The Honeymooner: Gerard Kearns

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Gerard Kearns talks about the change of pace from the complex love-life of Ian Gallagher in Shameless to downbeat Fran in Col Spector's Honeymooner.

Kearns admits this is what drew him to the script in the first place: "It more mature than roles I’ve played before. The subject that wasn’t as intense as other subjects I’ve played. I thought it would test me and allow me to see myself in a different light."

Playing a more mature role didn’t come as too much of a challenge to Kearns, he admits, "I can be immature but my family and friends say that I’m old before my time. Although I look young, I have an old head on young shoulders. I wanted to show that to myself and to other people."

Kearns did little preparation for his role but he did watch Spector’s earlier film, Someone Else, starring Stephen Mangan, "it was so subtle, as Col says, ‘dry and wry’, and I really liked that aspect of it. It’s got that reality and subtlety that I’ve been drawn to more and more, subtle films that aren’t always about a big subject."

Kearns shares Spector’s desire to present a less laddish male lead and to scrutinise male relationships: "it’s not the stereotypical male banter you usually see. These lads are very sensitive and that says a lot about men. They do talk about relationships and the same things that male TV audiences roll their eyes at when women want to talk about them. I think it’s fifty-fifty. Women are financially independent. As a result, some don’t want to get into serious relationships while men do. I’ve seen that with men I know. They want to settle down, they want structure and stability while women don’t, they want to have a good time."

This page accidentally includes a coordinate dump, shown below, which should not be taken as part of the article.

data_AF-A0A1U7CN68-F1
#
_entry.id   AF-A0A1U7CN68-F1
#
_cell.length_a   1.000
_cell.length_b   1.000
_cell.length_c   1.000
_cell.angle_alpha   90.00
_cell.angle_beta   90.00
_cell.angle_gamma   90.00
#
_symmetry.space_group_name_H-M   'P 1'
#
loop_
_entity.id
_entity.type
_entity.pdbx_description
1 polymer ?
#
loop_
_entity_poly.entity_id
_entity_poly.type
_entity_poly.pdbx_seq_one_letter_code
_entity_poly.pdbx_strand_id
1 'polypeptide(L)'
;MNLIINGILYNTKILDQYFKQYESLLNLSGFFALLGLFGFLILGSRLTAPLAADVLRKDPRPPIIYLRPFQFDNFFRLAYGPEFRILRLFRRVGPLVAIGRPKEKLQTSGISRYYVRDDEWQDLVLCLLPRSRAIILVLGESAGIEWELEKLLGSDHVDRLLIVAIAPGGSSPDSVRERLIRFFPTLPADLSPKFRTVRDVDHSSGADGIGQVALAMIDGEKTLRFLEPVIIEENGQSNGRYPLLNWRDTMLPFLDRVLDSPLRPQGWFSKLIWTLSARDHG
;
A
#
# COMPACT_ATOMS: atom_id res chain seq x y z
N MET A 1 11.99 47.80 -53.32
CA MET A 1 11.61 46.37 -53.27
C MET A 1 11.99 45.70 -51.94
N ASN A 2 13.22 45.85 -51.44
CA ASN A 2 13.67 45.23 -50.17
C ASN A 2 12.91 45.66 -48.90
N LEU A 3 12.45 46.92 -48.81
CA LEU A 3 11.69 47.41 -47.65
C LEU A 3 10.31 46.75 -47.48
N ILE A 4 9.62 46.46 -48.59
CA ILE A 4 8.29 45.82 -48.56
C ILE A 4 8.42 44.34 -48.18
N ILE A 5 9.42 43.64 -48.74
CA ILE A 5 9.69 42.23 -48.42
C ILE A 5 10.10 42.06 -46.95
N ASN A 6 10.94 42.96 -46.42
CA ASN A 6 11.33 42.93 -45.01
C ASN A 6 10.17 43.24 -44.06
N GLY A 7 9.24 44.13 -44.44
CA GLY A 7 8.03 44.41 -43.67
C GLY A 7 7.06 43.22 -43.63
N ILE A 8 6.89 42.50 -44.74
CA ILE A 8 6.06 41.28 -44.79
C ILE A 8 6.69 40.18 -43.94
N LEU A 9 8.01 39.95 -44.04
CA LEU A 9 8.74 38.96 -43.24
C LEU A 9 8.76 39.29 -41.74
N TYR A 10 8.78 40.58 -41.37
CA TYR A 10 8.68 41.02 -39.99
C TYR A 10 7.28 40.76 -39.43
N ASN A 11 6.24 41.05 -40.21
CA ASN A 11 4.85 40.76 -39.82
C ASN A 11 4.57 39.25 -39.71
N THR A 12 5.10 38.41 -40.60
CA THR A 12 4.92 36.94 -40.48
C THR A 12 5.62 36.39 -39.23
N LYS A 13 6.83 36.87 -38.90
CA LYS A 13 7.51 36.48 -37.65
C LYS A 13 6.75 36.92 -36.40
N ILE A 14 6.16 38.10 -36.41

That said, Kearns does recognise Fran’s less appealing qualities, "he’s a moan. If I was in a bar and he was talking to me I would probably push him onto a friend. I just want banter and I’d feel I couldn’t with him." This doesn’t make Fran any less realistic, "I’ve met a few characters like that which is where I got his tense walk and hunched shoulders."

Despite his flaws, Kearns enjoyed playing Fran who acts as the moral compass in the film, ‘it was nice that Col gave me the opportunity to play the lead, I’ve never done that before and with such a subtle subject. In some films there are extremes of desperate unhappiness and then euphoria when it all comes together. Col didn’t want that and I loved that he didn’t, some days are good and some days are bad. That’s life.’

Col’s meticulous attention to comic timing was challenging to Kearns at first, ‘Col loves his Jewish humour and I think he wanted to incorporate that. I just tried to do what he wanted. That’s all you can do as an actor, you’ve got to try and fit that vision in way that you’re comfortable with.’

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